Stand-up guy Sapan Verma, co-founder of East India Comedy, is one of those ‘anti-nationals’ who get death threats on Twitter for their ‘outrageous’ comments. When not clicking crazy selfies with his audience, he is travelling to fill his journal with experiences he can share on stage. You can just imagine the stories he has to tell.
An Indian Comedian Against the World
In the last five years of my comedy career, I have performed at pretty much every kind of event—at corporate shows and college gigs, from auditoriums with a thousand people to pubs with three, even at a 60-year-old Gujarati lady’s birthday party. The last one was more embarrassing than Cersei’s Walk of Shame. Nonetheless, the shows have been really interesting.
Four hours after landing in Tokyo, I had to perform at Double Tall Café. I followed Google Maps blindly because asking for directions in Tokyo in English is as good as asking for directions in Gurgaon in Japanese. I arrived at the destination a good 10 minutes early only to learn that I was at the wrong outlet. So, I channelled my inner Milind Soman and ran non-stop for 20 minutes to make it to the right one. On reaching, I realised that at least half the people in the room were not well-versed in English. And, the Indian accent wasn’t helping either. Two minutes into my act, I figured that I needed to slow down and enunciate each word. Ultimately, I sounded less like a comedian and more like a kindergartener.
With an advice from fellow comedians on censoring my content for the Dubai audience, I landed in the city two days before my show and decided to go sightseeing. A friend suggested that we attempt dune bashing because adventure sports are way more macho than visiting an aquarium. It was all fun and games until my quad-bike flew off a dune and crashed, causing a fracture in one wrist and a bone dislocation in the other. So even before I could water down my jokes, my bones were already broken. Still, I made quite a fashion statement by wearing a black suit with crepe bandages on both my wrists.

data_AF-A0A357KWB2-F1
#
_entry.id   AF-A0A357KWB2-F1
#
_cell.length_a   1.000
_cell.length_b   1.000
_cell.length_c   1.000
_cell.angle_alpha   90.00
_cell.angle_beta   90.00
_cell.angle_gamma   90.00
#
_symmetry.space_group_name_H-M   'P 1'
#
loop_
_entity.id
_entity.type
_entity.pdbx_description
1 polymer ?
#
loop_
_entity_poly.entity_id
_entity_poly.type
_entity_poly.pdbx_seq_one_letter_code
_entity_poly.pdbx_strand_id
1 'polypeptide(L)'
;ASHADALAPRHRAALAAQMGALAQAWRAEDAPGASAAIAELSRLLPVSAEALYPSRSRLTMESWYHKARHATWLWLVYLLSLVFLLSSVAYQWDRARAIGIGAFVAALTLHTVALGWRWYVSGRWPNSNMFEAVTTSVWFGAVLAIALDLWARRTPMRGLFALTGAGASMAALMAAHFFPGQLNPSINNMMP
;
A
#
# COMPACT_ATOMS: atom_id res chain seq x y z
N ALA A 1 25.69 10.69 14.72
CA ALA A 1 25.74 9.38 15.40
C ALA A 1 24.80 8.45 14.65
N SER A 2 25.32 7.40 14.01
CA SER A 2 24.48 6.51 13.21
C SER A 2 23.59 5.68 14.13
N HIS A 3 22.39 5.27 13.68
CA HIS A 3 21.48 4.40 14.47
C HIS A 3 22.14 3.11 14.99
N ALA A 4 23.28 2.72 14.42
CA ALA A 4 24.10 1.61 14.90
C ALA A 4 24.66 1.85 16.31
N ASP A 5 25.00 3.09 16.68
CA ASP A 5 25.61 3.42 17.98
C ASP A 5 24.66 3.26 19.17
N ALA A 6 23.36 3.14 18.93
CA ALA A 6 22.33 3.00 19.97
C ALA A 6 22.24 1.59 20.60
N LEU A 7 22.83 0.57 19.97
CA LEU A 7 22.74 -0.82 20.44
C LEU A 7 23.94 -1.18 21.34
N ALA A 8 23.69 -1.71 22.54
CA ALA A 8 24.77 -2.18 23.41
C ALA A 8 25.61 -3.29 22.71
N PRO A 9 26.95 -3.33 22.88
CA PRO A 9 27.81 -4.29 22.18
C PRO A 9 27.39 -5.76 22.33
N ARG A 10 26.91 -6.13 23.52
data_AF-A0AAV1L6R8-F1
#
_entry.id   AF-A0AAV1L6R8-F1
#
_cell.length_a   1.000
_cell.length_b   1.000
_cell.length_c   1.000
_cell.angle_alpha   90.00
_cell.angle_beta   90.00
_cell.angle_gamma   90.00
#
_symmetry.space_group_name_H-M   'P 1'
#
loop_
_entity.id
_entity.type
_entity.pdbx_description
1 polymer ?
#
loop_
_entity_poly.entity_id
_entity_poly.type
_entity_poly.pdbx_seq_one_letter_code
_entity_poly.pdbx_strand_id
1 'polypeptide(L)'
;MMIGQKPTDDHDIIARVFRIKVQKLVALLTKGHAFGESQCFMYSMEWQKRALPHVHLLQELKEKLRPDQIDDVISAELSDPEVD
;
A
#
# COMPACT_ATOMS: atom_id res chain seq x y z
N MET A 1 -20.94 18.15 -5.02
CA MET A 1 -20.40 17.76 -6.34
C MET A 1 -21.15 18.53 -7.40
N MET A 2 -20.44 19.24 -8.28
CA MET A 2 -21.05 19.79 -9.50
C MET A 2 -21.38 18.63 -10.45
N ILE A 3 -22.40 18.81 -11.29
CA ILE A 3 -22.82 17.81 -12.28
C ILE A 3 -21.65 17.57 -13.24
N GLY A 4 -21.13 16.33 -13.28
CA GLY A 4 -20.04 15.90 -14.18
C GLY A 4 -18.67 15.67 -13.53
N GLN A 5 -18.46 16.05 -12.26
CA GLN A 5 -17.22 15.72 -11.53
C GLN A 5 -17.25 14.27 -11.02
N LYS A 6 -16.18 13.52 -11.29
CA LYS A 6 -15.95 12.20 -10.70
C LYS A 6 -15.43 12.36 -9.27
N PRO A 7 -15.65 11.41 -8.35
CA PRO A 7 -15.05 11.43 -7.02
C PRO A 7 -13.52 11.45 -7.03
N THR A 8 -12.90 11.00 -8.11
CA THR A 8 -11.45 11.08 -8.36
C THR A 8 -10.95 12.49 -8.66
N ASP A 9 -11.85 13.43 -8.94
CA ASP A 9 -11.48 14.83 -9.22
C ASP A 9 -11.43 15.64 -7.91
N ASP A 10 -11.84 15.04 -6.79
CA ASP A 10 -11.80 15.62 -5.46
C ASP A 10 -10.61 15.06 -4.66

A few years ago, I stood outside the prestigious New York Comedy Club thinking to myself, “This is it!” I had been looking forward to performing there for weeks, and had finally managed to get a small slot at their 5 pm open mic. I entered the room to notice a small audience of 12 people and wondered, “This is it?” Apparently, they weren’t the audience either; they were the other comedians from the line-up. This was a moment of revelation: The number of struggling comedians in New York is more than the number of plot holes in Batman Vs Superman. My first show in New York was really in front of empty chairs (and surprisingly, they didn’t laugh even once). It was a disappointing first experience but I did the clever thing of taking a photo on stage and posting it on social media, so people thought that I had an insane show. Later that week I did perform for an audience and had a great time, but stories about failure are always fun to tell.
Sapan Verma is currently touring for his latest show ‘Obsessive Comedic Disorder’ across India. You can buy tickets here.